The US Food and Drug Administration (FDA) has finally approved Bristol Myers Squibb’s (BMS) CAR T-cell therapy Breyanzi, previously known as liso-cel, on February 5, 2021, after delaying the decision in November 2020.
Breyanzi (lisocabtagene maraleucel) is approved for the treatment of adult patients with relapsed or refractory large B-cell lymphoma (LBCL) after two or more lines of systemic therapy, including diffuse large B-cell lymphoma (DLBCL).
Like the two prior approved CAR-T cell therapies, Breyanzi targets the CD19 protein, which is highly expressed on the surface of B cells and which remains there following the transformation of these cells from normal to malignant.
Breyanzi is originally a Celgene product. BMS acquired Celgene in 2019 for $74bn, and the CAR-T therapy is one of the key assets critical to the potential payout of the merger.
There are now three approved CAR T therapies:
- Yescarta (axicabtagene ciloleucel, Axi-Cel) CAR-Tcell therapy for the treatment of adult patients with relapsed or refractory LBCL, including DLBCL (Gilead/Kite).
- Kymriah (tisagenlecleucel, Tisa-Cel) CAR-T cell for the treatment of relapsed/refractory diffuse large B-cell lymphoma.
- Breyanzi (lisocabtagene maraleucel, Liso-Cel) adult patients with relapsed or refractory large B-cell lymphoma (LBCL) after two or more lines of systemic therapy, including diffuse large B-cell lymphoma (DLBCL).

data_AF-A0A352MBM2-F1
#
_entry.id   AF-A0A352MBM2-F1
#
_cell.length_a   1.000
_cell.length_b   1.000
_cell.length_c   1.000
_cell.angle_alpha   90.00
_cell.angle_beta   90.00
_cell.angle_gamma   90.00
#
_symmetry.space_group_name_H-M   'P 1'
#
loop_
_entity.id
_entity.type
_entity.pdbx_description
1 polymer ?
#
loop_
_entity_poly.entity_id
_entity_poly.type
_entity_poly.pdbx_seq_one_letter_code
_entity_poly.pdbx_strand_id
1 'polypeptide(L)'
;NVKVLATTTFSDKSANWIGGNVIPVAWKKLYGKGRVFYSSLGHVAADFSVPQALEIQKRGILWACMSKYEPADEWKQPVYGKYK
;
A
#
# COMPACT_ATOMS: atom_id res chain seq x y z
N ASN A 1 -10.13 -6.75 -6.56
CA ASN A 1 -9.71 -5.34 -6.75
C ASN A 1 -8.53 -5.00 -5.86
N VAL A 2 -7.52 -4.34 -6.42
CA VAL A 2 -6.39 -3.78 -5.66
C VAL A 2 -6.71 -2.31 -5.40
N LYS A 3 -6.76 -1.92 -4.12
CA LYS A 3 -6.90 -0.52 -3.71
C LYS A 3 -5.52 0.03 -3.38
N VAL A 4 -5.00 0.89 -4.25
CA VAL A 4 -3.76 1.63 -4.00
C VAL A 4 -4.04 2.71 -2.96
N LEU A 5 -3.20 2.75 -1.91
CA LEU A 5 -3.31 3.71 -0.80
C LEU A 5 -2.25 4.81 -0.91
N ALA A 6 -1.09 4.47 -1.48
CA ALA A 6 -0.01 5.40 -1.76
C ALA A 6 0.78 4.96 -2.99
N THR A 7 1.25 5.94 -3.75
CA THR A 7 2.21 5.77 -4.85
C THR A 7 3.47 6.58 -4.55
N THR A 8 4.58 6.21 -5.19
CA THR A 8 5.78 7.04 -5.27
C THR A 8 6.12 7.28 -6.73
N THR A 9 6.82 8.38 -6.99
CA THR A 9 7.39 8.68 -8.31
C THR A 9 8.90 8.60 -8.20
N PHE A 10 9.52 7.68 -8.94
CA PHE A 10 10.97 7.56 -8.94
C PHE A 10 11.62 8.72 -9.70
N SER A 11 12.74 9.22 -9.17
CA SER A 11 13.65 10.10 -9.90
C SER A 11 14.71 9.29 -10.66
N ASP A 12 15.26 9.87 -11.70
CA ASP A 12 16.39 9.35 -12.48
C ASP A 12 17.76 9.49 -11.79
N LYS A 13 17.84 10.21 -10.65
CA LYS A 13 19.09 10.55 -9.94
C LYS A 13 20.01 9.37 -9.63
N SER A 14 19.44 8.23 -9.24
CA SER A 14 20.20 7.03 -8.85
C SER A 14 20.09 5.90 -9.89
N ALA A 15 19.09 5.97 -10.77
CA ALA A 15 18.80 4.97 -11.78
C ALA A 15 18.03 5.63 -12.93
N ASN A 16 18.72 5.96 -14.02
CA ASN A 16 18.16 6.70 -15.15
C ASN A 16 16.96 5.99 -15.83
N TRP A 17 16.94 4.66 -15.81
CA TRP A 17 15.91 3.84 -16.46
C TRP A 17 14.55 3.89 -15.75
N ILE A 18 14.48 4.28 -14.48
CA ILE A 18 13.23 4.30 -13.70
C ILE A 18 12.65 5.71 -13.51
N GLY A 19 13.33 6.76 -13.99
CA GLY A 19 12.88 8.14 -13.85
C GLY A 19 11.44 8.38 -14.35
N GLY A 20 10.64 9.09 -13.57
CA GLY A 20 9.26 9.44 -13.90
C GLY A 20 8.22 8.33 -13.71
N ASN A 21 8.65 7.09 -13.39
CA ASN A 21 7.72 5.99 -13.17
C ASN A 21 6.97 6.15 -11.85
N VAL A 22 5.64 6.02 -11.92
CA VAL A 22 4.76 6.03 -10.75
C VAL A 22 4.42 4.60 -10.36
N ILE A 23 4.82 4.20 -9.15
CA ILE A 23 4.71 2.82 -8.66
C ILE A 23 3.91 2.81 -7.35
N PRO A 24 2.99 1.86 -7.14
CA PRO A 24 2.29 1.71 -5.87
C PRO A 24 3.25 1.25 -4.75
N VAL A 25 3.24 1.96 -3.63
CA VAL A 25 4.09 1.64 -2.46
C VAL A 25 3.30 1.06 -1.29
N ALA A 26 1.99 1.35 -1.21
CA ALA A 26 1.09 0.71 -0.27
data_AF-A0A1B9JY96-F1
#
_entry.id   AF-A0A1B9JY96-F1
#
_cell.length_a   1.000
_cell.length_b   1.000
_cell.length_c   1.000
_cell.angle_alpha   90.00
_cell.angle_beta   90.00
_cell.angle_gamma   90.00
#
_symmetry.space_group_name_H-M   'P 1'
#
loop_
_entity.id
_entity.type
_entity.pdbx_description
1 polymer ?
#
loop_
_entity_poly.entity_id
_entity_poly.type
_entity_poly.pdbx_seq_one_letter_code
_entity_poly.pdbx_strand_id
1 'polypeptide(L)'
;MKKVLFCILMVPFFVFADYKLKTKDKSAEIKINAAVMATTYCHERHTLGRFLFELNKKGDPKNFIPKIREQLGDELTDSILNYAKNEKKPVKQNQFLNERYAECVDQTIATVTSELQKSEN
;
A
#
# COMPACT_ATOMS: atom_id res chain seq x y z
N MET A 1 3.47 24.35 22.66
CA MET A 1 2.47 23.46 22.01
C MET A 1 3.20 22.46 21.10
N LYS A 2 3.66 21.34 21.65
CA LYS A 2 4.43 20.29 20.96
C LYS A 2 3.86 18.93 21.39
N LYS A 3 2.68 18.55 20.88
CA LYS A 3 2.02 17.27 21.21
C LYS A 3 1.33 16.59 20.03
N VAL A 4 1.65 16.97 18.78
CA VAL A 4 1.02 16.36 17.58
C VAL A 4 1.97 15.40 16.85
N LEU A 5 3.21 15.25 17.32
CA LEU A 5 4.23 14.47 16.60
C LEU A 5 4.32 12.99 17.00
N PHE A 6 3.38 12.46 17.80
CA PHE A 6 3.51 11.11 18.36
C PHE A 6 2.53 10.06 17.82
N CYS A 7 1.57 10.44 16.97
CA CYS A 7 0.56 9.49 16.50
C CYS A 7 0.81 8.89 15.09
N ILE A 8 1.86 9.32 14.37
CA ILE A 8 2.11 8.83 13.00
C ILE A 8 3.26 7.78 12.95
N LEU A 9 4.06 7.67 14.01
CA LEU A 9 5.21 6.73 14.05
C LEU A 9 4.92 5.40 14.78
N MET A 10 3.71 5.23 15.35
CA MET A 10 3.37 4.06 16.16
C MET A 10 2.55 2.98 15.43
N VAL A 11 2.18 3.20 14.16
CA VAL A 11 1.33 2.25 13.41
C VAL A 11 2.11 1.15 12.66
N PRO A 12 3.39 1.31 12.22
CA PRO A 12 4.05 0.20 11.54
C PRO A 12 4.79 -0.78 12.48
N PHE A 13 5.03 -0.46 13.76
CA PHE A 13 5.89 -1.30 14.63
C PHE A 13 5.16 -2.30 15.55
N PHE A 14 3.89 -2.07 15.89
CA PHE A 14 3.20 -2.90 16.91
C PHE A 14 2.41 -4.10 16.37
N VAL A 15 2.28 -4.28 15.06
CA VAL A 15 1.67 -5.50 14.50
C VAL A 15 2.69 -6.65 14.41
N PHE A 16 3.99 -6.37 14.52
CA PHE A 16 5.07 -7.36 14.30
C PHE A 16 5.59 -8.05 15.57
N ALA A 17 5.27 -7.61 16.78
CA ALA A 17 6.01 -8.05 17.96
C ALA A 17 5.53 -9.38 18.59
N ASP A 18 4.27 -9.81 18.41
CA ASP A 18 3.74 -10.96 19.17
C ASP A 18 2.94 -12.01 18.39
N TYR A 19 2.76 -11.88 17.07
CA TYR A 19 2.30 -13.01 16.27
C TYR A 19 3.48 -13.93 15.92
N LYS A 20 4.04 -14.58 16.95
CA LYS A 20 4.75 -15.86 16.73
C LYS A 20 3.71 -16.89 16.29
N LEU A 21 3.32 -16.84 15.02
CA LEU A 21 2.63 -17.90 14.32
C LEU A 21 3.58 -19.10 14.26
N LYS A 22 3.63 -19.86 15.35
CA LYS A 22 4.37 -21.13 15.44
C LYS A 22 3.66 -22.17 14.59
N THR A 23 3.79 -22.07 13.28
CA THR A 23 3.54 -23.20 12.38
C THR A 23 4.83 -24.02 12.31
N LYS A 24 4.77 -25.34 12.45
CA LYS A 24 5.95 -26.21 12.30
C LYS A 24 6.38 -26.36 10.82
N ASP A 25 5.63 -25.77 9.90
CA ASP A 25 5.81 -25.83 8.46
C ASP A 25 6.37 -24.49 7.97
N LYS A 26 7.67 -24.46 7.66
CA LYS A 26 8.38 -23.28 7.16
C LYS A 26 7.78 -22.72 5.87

Of the 192 patients evaluable for response:
- The overall response rate (ORR) per independent review committee assessment was 73% (95% CI: 67, 80) with a complete response (CR) rate of 54% (95% CI: 47, 61).
- The median time to first response was one month.
- Of the 104 patients who achieved CR, 65% had remission lasting at least 6 months and 62% had remission lasting at least 9 months.
- The estimated median duration of response (DOR) was not reached (95% CI: 16.7 months, NR) in patients who achieved a CR. The estimated median DOR among patients with partial response was 1.4 months (95% CI: 1.1, 2.2).
Cytokine release syndrome (CRS) and toxicity are side effects seen in CAR-T cell therapies.
- Cytokine release syndrome (CRS) occurred in 46% of patients (Grade 3 or higher, 4%)
- Neurologic toxicity occurred in 35% (Grade 3 or higher, 12%). Three patients had fatal neurologic toxicity.
- Infections (19%, Grade 3 or higher)
- Prolonged cytopenias (31%, Grade 3 or higher).
FDA approved lisocabtagene maraleucel with a Risk Evaluation and Mitigation Strategy because of the risk of fatal or life-threatening CRS and neurologic toxicities.
The recommended regimen is a single dose containing 50 to 110 x 106 CAR-positive viable T cells with a 1:1 ratio of CD4 and CD8 components, administered by IV infusion and preceded by fludarabine and cyclophosphamide for lymphodepletion.